The history of weapons and their importance in modern practice. It was with the advent of Bodhidharma that Kung-Fu first appeared in China’s monastic life. From their teachings the monks have created a martial art series from which many current schools can trace their lineages. Martial training included, among other things, unarmed forms and handling of weapons. The first to be used was the stick, even before the practice of martial arts, mainly by wandering monks. This weapon aligned perfectly with the Buddhist belief that avoids causing the death of a living being. For a long time it was the only one to be practiced by the monks. One of the earliest writings concerning the temple's participation in a battle was in the 7th century during an expedition led by Li Shi Min (later Tang Taizhong), whose mission was to secure an area near the temple. Trapped by bandits, the prince was rescued by thirteen monks armed with sticks.
In the 14th century in the Yuan dynasty, the term "18 Shaolin weapons" appeared in a song. For the first time we had evidence of the inclusion of other weapons in the temple. It is therefore almost 800 years after the foundation and 600 years after the monks' first military accounts that the repertoire of weapons would have expanded to include the blades. During the Ming Dynasty we found several texts relating the presence of monks during battles. At that time monks were an important part of any troop raising. It was also at this time that they would have put more emphasis on their bare hand practices to facilitate practices with other corps.
The schools stemming from the temple have preserved, in general, 18 weapons of which ten return in several styles given their cultural or historical importance. For example the long handle saber (Kwan Dao), the spear (Jie), the sword (Jian), the saber (Dao) and the stick (Bang). Then there are regional or iconic weapons in style, for example butterfly swords for the Wing Chun and deer horn knives for the Hong Gar. In the past, the carrying of weapons was proof of statutes. Whoever wore a sword exposed to the world that he was a warrior ready to defend himself. Which was essential at a time when there was no police. The dangers were many. With modernization; the police, the emergence of firearms and political stability, weapons for personal defense have been largely obsolete. We no longer walk with swords on our belts. Wars are no longer fought with the bow and spear.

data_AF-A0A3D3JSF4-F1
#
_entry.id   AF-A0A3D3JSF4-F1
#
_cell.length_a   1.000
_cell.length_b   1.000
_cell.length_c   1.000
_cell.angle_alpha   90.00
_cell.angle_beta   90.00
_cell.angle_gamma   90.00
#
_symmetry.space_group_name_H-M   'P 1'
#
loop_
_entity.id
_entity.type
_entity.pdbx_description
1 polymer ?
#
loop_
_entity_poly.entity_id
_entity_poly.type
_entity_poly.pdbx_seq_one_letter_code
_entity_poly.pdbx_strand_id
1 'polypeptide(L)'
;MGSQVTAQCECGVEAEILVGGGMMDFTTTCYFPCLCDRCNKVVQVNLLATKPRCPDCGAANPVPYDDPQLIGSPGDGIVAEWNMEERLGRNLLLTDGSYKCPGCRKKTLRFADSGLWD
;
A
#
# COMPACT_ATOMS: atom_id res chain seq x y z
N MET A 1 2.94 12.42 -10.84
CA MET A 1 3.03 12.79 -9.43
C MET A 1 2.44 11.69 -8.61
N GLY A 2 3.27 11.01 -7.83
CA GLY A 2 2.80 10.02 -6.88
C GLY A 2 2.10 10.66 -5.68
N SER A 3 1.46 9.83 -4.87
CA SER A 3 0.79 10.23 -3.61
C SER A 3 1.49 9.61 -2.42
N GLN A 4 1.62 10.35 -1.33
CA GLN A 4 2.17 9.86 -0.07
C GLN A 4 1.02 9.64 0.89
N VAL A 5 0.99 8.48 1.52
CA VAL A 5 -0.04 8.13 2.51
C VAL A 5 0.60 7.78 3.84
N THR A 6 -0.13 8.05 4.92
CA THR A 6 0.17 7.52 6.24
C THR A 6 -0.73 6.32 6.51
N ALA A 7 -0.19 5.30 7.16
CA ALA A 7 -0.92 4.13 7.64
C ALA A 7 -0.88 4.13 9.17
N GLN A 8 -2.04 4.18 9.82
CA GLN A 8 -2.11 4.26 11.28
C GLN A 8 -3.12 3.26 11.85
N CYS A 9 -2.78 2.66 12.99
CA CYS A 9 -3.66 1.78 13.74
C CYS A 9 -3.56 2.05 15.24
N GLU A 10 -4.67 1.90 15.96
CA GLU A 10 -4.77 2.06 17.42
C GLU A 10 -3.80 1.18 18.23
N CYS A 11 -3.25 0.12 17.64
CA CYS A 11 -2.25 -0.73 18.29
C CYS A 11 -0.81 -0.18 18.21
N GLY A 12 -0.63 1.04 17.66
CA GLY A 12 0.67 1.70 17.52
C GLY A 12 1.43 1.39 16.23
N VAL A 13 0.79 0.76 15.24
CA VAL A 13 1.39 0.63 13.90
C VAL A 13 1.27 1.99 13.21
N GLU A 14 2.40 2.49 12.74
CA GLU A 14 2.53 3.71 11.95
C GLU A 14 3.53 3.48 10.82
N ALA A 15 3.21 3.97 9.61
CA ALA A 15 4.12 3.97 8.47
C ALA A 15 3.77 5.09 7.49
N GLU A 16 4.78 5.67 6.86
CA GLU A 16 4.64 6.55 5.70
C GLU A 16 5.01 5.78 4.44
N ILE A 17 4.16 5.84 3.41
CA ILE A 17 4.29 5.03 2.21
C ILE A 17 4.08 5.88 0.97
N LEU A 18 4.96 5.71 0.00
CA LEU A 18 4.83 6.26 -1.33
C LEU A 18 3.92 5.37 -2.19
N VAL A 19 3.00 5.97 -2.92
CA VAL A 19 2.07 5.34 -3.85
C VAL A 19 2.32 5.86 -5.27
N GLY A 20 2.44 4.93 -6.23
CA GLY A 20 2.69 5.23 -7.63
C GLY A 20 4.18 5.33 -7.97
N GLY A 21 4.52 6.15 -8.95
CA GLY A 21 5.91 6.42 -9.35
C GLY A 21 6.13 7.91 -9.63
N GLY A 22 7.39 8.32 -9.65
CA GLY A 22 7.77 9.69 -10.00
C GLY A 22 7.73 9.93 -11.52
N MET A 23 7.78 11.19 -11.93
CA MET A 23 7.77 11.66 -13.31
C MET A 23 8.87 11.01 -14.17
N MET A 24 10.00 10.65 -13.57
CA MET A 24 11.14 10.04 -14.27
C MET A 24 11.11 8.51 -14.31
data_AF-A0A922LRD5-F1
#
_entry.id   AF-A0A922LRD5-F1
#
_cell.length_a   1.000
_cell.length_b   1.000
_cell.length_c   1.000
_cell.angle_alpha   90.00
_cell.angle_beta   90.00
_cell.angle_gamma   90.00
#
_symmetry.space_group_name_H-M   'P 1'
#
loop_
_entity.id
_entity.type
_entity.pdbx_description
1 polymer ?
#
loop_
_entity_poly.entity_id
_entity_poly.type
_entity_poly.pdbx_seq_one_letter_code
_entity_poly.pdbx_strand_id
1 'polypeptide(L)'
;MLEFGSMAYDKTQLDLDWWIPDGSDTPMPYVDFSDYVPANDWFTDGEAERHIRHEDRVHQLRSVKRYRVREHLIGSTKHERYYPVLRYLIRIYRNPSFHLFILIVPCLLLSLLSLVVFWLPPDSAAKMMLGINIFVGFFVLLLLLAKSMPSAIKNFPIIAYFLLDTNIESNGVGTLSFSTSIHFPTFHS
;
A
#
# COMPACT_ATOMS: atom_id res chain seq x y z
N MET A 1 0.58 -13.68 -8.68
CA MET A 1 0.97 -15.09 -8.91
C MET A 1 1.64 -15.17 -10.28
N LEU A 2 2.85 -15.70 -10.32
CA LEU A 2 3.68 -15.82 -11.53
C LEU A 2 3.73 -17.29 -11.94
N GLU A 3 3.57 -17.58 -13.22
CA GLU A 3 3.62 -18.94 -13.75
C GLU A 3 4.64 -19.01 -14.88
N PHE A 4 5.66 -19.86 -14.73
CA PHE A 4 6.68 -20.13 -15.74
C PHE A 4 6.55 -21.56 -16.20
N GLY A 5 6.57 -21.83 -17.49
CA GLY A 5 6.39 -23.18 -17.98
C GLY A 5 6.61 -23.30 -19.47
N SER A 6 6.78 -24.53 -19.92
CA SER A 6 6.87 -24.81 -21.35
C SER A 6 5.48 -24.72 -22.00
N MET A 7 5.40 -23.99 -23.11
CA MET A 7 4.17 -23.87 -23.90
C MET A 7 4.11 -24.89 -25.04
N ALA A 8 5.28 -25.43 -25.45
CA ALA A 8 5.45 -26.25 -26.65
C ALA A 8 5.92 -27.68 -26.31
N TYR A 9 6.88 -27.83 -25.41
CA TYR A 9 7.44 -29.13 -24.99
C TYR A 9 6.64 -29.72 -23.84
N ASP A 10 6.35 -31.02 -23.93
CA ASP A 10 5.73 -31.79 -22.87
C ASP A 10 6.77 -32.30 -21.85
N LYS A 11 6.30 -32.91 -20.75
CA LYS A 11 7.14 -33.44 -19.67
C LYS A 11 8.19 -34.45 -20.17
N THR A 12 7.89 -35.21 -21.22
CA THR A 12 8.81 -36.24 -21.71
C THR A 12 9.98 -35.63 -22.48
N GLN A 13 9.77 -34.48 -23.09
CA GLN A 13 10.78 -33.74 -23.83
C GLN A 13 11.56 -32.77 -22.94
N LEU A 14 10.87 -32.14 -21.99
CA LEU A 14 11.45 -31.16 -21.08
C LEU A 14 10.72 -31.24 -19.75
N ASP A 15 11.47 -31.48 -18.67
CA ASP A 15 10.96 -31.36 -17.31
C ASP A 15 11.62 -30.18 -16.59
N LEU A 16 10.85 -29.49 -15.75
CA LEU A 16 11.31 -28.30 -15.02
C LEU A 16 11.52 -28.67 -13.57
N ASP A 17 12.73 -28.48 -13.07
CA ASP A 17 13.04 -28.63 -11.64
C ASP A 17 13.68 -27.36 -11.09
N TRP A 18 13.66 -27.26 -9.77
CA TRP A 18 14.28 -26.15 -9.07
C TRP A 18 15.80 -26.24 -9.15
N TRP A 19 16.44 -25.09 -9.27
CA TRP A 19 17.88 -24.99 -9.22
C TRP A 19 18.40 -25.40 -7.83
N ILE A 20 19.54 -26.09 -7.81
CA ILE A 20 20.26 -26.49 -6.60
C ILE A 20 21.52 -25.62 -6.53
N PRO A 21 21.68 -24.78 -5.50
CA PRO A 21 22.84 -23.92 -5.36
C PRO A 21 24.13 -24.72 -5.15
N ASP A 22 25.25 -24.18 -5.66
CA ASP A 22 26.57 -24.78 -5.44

So why continue their teachings? Why would we want to practice arms these days? First, they allow muscular exercise, the use of force with an object and to project this energy out of the body and develop flexibility and physical skill for the artistic aspect of martial art. It is for these reasons that we find weapons of different weights. Second, practice requires great concentration and hand-eye coordination to avoid injury to yourself, others and not to destroy the practice site. It is intimidating for many to have in their hands an object that can cause harm to others and it is through this learning that the practitioner can progress on the Way. At the temple there was a term: ‘’ Qiang Za Yi Tiao Xian, Gun Da Yi Da Pian ’’ which comes down to; stick practice allows you to better perceive space. Third, for any school that claims to be traditional, maintaining style without altering is essential.
As seen above, the practice of arms has historic importance, so it is the duty of these schools to maintain the form of weapons in their entirety so that subsequent generations can benefit from them. It is therefore essential to maintain the teaching of weapons, especially in these modern times when the past is slowly disappearing. Just as Confucianism teaches us, to know your way you have to know where you are going but especially where it came from.
Louis-Philippe Brousseau, red belt